After his film about Alexander Nevski and the purges he suffered from the Stalinist government, Eisenstein undertook in two parts the story of the first tsar of russia, crowned as such in 1547 when he was only 17 years old. Without neglecting what it meant for the creation of a state as strong as it is modern, Eisenstein would investigate the arrogance and corruption of power. In the second part, the director shot some scenes following his advanced theories about color. But ‘The conspiracy of the boyars’ it was banned until 1958. In 1946, Eisenstein had begun filming a third part that was immediately canceled by Stalin. Only four minutes are kept. Both parts available in Filmin.
‘When the storks pass by’ (1957)
Soviet cinema experienced a certain opening after Stalin’s death in 1953, and its productions became internationalized. ‘When the storks pass’ won the Palme d’Or at Cannes, awarded by a jury that included Ladislao Vajda and the neorealist screenwriter Cesare Zavattini. The film unseated, for example, ‘The Brothers Karamazov’, Richard Brooks’ adaptation of Dostoyevsky’s novel. Is a love story conditioned by the war event –two young lovers, Verónica and Boris, separate when the Second World War breaks out and he is called to sign– and directed with solvency, but less invention than the Soviet classics, by Mijail Kalatozov. Available in filmin.
It’s hard to gauge what it is. Andrei Tarkovsky’s best film, but this drama that mixes politics, religion and painting would be one of the top candidates for the distinction along with ‘Solaris’. Shot in panoramic format and in telluric black and white, it tells the story of the painter monk who gives the film its title, one of the main authors in the art of icons. In the early 15th century he was commissioned to paint the frescoes for the Kremlin’s Dormition Cathedral. Thus, when he came out of retirement, he discovered how the established power terrorized and impoverished the people. Poetry and political awareness in an author who always disagreed with the guidelines of his Government. Available in filmin.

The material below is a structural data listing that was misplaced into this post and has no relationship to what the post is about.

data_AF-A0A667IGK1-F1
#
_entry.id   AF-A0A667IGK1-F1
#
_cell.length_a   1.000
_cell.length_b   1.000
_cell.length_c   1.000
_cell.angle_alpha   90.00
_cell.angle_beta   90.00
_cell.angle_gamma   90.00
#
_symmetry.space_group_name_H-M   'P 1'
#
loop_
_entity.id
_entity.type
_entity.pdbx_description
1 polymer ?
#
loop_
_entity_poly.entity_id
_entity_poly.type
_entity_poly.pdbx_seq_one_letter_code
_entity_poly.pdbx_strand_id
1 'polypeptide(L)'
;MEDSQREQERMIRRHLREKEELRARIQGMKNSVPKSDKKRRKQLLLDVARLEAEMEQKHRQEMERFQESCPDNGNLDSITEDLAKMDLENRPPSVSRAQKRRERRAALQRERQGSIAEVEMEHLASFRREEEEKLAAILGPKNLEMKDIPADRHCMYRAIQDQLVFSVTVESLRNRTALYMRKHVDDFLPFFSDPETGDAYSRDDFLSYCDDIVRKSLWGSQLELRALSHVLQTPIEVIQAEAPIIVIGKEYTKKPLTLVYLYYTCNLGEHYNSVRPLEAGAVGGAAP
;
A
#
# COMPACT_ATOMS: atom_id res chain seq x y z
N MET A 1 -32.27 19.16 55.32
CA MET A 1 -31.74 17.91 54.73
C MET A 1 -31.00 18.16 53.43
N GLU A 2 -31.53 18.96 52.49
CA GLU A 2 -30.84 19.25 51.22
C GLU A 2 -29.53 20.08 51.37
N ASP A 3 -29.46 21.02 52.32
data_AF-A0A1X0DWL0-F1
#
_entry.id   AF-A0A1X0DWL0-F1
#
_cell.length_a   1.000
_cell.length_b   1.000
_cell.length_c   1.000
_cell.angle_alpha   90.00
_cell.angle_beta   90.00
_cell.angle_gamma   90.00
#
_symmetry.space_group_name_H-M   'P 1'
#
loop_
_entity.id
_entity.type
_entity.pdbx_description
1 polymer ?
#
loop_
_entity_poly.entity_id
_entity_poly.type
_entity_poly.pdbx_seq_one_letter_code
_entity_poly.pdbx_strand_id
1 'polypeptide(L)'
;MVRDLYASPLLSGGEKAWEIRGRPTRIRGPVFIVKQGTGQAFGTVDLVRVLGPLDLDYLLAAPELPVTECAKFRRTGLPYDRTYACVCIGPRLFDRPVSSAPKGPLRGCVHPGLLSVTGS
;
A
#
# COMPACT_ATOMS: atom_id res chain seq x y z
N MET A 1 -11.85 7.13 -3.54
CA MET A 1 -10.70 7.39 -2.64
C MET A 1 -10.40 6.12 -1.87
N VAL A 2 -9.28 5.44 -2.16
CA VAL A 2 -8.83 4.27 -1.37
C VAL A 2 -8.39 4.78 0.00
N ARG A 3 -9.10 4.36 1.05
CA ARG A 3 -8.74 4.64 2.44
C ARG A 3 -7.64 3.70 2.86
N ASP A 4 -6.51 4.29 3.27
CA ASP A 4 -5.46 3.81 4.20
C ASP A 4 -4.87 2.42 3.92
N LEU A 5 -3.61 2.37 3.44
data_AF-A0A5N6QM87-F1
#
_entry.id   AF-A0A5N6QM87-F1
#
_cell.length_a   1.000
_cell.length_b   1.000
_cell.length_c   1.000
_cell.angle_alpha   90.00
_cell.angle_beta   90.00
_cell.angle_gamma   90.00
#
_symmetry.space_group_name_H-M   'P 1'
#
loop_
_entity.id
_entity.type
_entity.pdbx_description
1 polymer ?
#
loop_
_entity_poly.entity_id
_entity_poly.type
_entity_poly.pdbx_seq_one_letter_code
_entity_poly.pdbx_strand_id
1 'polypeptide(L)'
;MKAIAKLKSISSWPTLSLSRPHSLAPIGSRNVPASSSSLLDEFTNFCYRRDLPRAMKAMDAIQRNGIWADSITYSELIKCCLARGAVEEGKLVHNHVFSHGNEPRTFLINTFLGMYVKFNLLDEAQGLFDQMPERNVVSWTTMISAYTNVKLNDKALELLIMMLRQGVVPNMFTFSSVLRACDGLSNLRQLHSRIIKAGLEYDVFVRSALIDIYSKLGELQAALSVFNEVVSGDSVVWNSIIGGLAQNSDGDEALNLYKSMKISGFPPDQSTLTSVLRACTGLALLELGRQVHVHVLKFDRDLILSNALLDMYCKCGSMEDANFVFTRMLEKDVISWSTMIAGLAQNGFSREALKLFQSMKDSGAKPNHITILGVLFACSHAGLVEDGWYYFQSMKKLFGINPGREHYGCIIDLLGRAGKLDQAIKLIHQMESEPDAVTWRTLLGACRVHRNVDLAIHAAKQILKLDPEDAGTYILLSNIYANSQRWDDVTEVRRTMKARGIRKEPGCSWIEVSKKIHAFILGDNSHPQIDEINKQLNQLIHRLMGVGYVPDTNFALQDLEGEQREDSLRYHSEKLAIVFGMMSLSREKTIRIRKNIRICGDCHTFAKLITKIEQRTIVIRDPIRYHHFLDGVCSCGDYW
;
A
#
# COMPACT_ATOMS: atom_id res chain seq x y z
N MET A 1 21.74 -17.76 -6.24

Well, ‘Stalker’ would also compete for Tarkovsky’s best film status. It is also, a cult film that has walked without problems through fantasy genre festivals bothering and fascinating audiences accustomed to other kinds of ‘terrors’ alike. It is a dystopian story whose action takes place in an undetermined place known as ‘The Zone’ -the title of a 2017 Spanish series also on the fringes of dystopian science fiction-, a forbidden territory that some individuals known as ‘stalkers’ dare to enter. to challenge. The film combines color and black and white, hardness and lyricism, a cryptic language as well as some fascinating images. Available in filmin.
‘Moscow does not believe in tears’ (1979)
To prepare for the historic summit in Geneva in 1985 with Mikhail Gorbachevin which the foundations were laid for the beginning of the end of the Cold War, ronald reagan He took an accelerated immersion course in Russian culture and society, which included the viewing of this successful melodrama by Vladimir Menshov, which in 1981 had won the Oscar for Best Foreign Language Film. The film tells the story of three girls from the provinces who emigrate to Moscow in 1958, in the midst of Khrushchev’s Soviet Union, in search of love and prosperity, and everything that life and destiny will bring them, not always good, during the following two decades. . Available in filmin.
‘Massacre: Come and See’ (1985)
The devastating masterpiece of the Soviet director Elem Klimov portrays, through the traumatized eyes of a child, the Nazi invasion of Belarus during World War II, in which more than two million people died at the hands of Hitler’s troops. A trip, in the literal sense, to the heart of hell, full of atrocious, unbearable images, pure terror about the cruel unreason of war; surely the most anti-war film ever made. After ‘Massacre: Come and See’ in 1985, Klímov would not direct any more films until his death in 2003. Available in filmin.